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Bible Commentaries

Gary Hampton Commentary on Selected Books
Deuteronomy 34

 

 

Verses 1-12

A Prophet Like None Other

Deuteronomy 34:1-12

It took the death of Moses to evoke the words which serve as our title today. Ironically, that death marks the beginning of Israel"s path into the promised land. Moses had to lay down the mantle of leadership and Joshua take it up for God"s people to enter Canaan.

When the people arrived at Kadesh in Numbers 20:1-29, they murmured against God and his leaders. Moses and Aaron went before God to learn what he would have them to do in response to the complaints. God told them to take the rod, assemble the people and speak to the rock.

Moses rebuked the people instead of speaking to the rock. He also struck the rock twice and left the impression that he and Aaron were solely responsible for providing water for the people (Psalms 106:33). The two brothers had failed to sanctify God in their actions, though he was sanctified when he swiftly punished the two leaders for their wrong deeds. Moses and Aaron acted like unbelievers when they failed to follow God"s will exactly as he had directed, so God denied them an entrance to the promised land.

Moses pleaded with God to let him go into the promised land to see the end of the works he had begun in delivering the people from Egypt. Moses told the people, "But the Lord was angry with me on your account, and would not listen to me. So the Lord said to me: ‘Enough of that! Speak no more to Me of this matter" (Deuteronomy 3:21-29). God did tell him to go up into Mount Pisgah and see the whole land the people would possess. He also told him to charge Joshua with the job of leadership and encourage him in the work he was about to begin.

In Deuteronomy 34:1-12, Moses climbs to the top of Mount Nebo, which is also called Pisgah, in the Abarim range (Numbers 33:47-48). There God showed him all of the land the children of Israel would inherit. Coffman says various writers say that in those times a man who purchased land would take possession of his purchase by surveying it with his eyes. If so, that would certainly make this a good ending to a great man"s life. Hebrews 11:23-26 seems to say Moses looked forward to a reward from God beyond what he might receive in this life. If so, he may have felt much like Paul in Philippians 1:23. Certainly, he longed to enter into Canaan and finish the work he had begun with the people of Israel, but he also longed for an eternal home.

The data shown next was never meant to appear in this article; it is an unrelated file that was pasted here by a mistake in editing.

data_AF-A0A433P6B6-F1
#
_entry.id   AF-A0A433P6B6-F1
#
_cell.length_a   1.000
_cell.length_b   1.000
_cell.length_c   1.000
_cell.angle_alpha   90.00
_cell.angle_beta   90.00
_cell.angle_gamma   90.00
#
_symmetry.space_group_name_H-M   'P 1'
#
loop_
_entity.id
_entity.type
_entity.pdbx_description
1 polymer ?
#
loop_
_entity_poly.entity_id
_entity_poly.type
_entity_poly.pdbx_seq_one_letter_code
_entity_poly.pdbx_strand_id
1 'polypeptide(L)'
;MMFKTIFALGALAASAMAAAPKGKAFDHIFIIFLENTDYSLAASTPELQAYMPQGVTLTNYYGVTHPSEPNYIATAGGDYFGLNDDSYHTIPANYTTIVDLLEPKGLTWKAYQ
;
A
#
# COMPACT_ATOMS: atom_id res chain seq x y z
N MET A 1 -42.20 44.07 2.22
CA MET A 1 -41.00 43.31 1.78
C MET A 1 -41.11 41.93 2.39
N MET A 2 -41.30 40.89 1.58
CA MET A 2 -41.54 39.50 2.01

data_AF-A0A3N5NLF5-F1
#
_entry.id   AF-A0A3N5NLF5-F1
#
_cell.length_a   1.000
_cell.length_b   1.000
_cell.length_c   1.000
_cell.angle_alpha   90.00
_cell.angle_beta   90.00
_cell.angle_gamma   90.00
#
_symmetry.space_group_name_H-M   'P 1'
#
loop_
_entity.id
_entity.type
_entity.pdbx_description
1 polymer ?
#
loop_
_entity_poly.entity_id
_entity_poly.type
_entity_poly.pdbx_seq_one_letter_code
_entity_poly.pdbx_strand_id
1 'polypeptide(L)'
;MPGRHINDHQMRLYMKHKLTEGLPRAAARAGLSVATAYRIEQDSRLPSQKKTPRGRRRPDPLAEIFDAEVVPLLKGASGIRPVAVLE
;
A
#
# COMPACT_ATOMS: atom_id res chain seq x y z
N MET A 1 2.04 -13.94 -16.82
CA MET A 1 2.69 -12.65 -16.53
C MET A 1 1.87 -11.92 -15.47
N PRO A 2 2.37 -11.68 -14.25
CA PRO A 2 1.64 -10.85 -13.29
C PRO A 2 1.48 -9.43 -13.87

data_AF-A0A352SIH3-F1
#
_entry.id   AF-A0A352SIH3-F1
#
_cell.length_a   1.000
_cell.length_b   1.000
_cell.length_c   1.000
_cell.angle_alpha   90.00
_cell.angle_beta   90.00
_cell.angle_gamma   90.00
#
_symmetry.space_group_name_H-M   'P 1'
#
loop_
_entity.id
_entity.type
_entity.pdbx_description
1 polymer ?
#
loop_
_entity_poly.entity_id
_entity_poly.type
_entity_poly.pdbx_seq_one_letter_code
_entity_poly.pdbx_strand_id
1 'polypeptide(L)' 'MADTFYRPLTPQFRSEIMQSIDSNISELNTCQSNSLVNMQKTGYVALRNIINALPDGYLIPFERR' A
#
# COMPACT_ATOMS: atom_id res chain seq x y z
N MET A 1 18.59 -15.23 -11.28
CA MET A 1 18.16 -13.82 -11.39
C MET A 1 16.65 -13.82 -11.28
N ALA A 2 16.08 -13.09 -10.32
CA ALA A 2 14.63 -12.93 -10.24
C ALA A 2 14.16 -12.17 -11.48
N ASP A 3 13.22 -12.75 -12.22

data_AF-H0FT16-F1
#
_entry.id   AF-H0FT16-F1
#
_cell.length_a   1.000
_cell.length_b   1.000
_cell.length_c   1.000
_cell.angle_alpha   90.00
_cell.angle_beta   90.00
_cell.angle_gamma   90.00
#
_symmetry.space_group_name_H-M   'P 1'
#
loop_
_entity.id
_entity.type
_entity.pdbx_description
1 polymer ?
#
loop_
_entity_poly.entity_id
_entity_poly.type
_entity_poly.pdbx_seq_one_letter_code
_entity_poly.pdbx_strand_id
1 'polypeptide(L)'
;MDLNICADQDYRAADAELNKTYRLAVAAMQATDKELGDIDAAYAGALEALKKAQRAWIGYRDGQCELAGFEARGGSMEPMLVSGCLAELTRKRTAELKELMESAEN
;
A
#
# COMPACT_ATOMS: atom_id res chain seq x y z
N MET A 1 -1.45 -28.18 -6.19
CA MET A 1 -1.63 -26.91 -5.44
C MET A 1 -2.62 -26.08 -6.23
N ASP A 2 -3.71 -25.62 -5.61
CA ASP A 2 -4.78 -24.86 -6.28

Verse 5 of Deuteronomy 34:1-12 tells us Moses died "according to the word of the Lord." Leslie G. Thomas says this literally means "by the mouth of the Lord" and the Jewish Rabbis say the meaning is by the kiss of God. In other words, he went to sleep with the kiss of the loving Father in heaven, much like a child goes to sleep at night after the kiss of its father. Then, God took his body and buried it in a place unknown to any man. All that the text tells us is that his burial place was in the valley of Moab near Beth-peor.

Moses had led the people for forty years, from the time he was eighty until his death at the age of one hundred twenty. The text tells us his physical strength never left him nor did his eyesight grow weak. For thirty days, the children of Israel mourned their dead leader, then Joshua took up the mantel of leadership left by Moses, the one he had ministered to for so long.

It is interesting to note that Moses did one day get to enter the promised land. He was not allowed to walk through Jordan"s dry bed but he did go over it to be with Jesus on the mount of transfiguration (Matthew 17:1-5).

 


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Bibliography Information
Hampton, Gary. "Commentary on Deuteronomy 34:4". "Gary Hampton Commentary on Selected Books". https://www.studylight.org/commentaries/ghc/deuteronomy-34.html. 2014.

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